> pattern-matching. As you point out, non-linearity allows for more
> direct & succinct programming. I've often wished for this feature when
> writing optimizations on data types, especially for syntactic types
> (languages).
> 
> As Ivan mentioned, there is some danger that people may accidentally a
> non-linear pattern accidentally, and perhaps the early Haskell
> designers chose the linearity restriction out of this worry. The
> importance of such dangers is a subjective call, and certainly not one
> carried out consistently in Haskell. Consider, for instance, the
> choice that let & where bindings are recursive by default in Haskell,
> unlike ML and Lisp. I like this choice, but I can understand
> objections that it leads to accidental recursions, especially for
> non-functions.
> 
> 
> 
> -- Conal
> 
> 
> 
> 
> On Mon, Apr 8, 2013 at 6:11 AM, Jan Stolarek <jan.stolarek <at> p.lodz.pl>
> wrote:
>         > You can achieve something similar with the ViewPatterns
>         language
>         > extension.
>         >
>         
>         > member _ [] = False
>         > member x (((x ==) -> True) : _) = True
>         > member x (_ : xs) = member x xs
>         
>         Hi Tillmann,
>         
>         there are a couple of ways to achieve this in Haskell, for
>         example using guards:
>         
>         member :: Eq a => a -> [a] -> Bool
>         member _ []             = False
>         
>         member y (x:_) | x == y = True
>         member y (_:xs)         = member y xs
>         
>         The goal of my proposal is to provide a concise syntax,
>         whereas ViewPatterns are very verbose and
>         guards are slightly verbose. I want something simple and
>         something that is very intuitive if
>         you've programmed in Prolog :)
>         
>         Janek
>         
>         _______________________________________________
>         Haskell-Cafe mailing list
>         Haskell-Cafe <at> haskell.org
>         http://www.haskell.org/mailman/listinfo/haskell-cafe
>         
> 
> 
> _______________________________________________
> Haskell-Cafe mailing list
> Haskell-Cafe <at> haskell.org
> http://www.haskell.org/mailman/listinfo/haskell-cafe

--

-- 
Joachim "nomeata" Breitner
Debian Developer
  nomeata <at> debian.org | ICQ# 74513189 | GPG-Keyid: 4743206C
  JID: nomeata <at> joachim-breitner.de | http://people.debian.org/~nomeata

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Tom Murphy | 8 Apr 17:53 2013
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Re: Prolog-style patterns

On Mon, Apr 8, 2013 at 7:59 AM, Joachim Breitner <mail <at> joachim-breitner.de> wrote:
Hi,

I believe one problem with non-linear patterns would be that the
compiler has to figure out what notion of equality you want here. An
obvious choice is (==), but the Eq instances might not do what you want.
Using pattern guards or view patterns explicates this choice.

What other types of equality would be possibilities?


Also, for some history, this was discussed a while back: http://www.mail-archive.com/haskell <at> haskell.org/msg03721.html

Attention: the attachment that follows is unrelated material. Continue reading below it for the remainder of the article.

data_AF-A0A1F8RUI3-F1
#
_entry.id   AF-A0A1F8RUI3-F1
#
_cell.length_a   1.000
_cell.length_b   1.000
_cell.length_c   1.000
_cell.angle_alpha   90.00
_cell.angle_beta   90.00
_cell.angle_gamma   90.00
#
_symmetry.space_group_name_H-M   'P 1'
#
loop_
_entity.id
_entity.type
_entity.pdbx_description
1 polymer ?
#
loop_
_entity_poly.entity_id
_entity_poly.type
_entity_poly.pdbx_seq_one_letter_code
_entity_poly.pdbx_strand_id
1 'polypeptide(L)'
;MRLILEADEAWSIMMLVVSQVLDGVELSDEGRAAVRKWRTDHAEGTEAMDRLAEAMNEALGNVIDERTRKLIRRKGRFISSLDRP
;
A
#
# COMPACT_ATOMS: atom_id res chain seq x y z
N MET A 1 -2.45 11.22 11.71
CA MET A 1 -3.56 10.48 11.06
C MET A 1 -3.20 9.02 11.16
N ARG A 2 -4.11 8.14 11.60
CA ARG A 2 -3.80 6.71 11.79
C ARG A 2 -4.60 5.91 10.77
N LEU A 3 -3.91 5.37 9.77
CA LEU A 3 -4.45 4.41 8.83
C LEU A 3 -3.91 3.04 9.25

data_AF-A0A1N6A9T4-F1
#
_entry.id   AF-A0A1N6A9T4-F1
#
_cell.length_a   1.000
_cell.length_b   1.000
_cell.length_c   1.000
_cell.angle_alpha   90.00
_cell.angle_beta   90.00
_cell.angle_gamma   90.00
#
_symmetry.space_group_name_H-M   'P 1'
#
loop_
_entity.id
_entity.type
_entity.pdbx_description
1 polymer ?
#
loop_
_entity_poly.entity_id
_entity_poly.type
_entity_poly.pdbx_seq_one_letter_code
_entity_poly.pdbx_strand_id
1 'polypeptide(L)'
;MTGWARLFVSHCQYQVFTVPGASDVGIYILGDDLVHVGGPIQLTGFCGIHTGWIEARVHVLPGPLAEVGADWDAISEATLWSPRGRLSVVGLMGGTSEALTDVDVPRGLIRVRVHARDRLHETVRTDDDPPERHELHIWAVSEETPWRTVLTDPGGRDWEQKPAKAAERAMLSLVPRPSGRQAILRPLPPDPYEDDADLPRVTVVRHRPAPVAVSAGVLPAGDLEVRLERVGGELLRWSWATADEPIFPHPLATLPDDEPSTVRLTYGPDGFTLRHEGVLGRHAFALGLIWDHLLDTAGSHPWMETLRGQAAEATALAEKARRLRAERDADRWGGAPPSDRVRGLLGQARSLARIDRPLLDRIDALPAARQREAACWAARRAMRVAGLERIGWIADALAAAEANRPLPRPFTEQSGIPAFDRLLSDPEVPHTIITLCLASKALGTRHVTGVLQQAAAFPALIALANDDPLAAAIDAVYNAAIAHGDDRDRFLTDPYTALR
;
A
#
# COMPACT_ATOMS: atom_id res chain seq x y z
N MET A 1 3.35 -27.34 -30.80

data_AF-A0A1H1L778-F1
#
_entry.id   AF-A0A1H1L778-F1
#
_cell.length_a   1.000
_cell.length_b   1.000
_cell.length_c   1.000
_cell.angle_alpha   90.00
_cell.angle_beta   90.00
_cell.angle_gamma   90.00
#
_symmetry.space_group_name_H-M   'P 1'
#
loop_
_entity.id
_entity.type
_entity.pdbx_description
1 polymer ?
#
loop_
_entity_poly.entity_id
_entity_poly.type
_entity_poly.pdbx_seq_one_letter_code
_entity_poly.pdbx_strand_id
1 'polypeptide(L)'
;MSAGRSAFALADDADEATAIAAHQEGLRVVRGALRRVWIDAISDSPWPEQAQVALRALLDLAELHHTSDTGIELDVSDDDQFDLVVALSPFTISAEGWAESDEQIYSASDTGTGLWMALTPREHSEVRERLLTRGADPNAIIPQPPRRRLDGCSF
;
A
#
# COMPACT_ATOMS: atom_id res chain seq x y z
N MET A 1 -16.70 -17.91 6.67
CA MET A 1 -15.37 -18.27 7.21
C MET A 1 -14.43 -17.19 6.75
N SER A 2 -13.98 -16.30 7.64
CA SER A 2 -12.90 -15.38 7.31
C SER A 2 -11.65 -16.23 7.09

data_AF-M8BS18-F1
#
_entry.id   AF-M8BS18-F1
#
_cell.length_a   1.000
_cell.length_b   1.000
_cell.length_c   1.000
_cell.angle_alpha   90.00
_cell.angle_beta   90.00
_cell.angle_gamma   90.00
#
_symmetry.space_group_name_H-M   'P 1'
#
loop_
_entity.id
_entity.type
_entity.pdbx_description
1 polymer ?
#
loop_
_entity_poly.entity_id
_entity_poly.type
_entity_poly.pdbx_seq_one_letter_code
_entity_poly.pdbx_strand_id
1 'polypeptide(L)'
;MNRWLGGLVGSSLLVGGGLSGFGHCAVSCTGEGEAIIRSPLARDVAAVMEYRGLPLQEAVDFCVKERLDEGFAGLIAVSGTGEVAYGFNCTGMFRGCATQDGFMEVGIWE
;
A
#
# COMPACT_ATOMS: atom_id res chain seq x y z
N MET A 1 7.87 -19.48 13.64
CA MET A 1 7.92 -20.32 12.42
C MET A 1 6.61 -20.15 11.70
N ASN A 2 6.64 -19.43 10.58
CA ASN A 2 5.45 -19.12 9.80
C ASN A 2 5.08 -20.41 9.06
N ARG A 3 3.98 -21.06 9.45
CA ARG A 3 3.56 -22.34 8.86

Erlang programmers have this feature without shooting themselves in the foot too often. That said, I'm happy without it.

Tom
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Jan Stolarek | 9 Apr 13:32 2013
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Re: Prolog-style patterns

> Also, for some history, this was discussed a while back:
> http://www.mail-archive.com/haskell <at> haskell.org/msg03721.html
Thanks for pointing me to earlier discussions on this subject - they are enlightening :) One 
particular argument "against" seems to be very convincing to me:

"From a language design point of view, it should be noted that turning
non-left linear patterns into ones with == guards elevates the class Eq
to built-in status - but the compiler has no semantic control over it."

I see there are many things I didn't consider (and many more that I don't even understand). So is 
there some recommended reading on the subject of linear patterns? Most of all I'm wondering why 
they are called "linear"?

Regarding the possibility of making accidental mistakes during refactoring etc. This could be 
implemented as a language extension, requiring explicit LANGUAGE pragma. So people using it would 
know they have semantics slightly changed and need to be aware that there is a possibility of 
making these kind of mistakes.

Janek
Daniel Trstenjak | 9 Apr 15:07 2013
Picon

Re: Prolog-style patterns


Hi Jan,

On Tue, Apr 09, 2013 at 01:32:33PM +0200, Jan Stolarek wrote:
> Thanks for pointing me to earlier discussions on this subject - they are enlightening :) One 
> particular argument "against" seems to be very convincing to me:
> 
> "From a language design point of view, it should be noted that turning
> non-left linear patterns into ones with == guards elevates the class Eq
> to built-in status - but the compiler has no semantic control over it."

Yes, I can see the point, but in the case of Haskell with its ability to
automatically derive the Eq instance, there's some kind of semantic
control, and if an user writes a nonsense Eq instance, than he just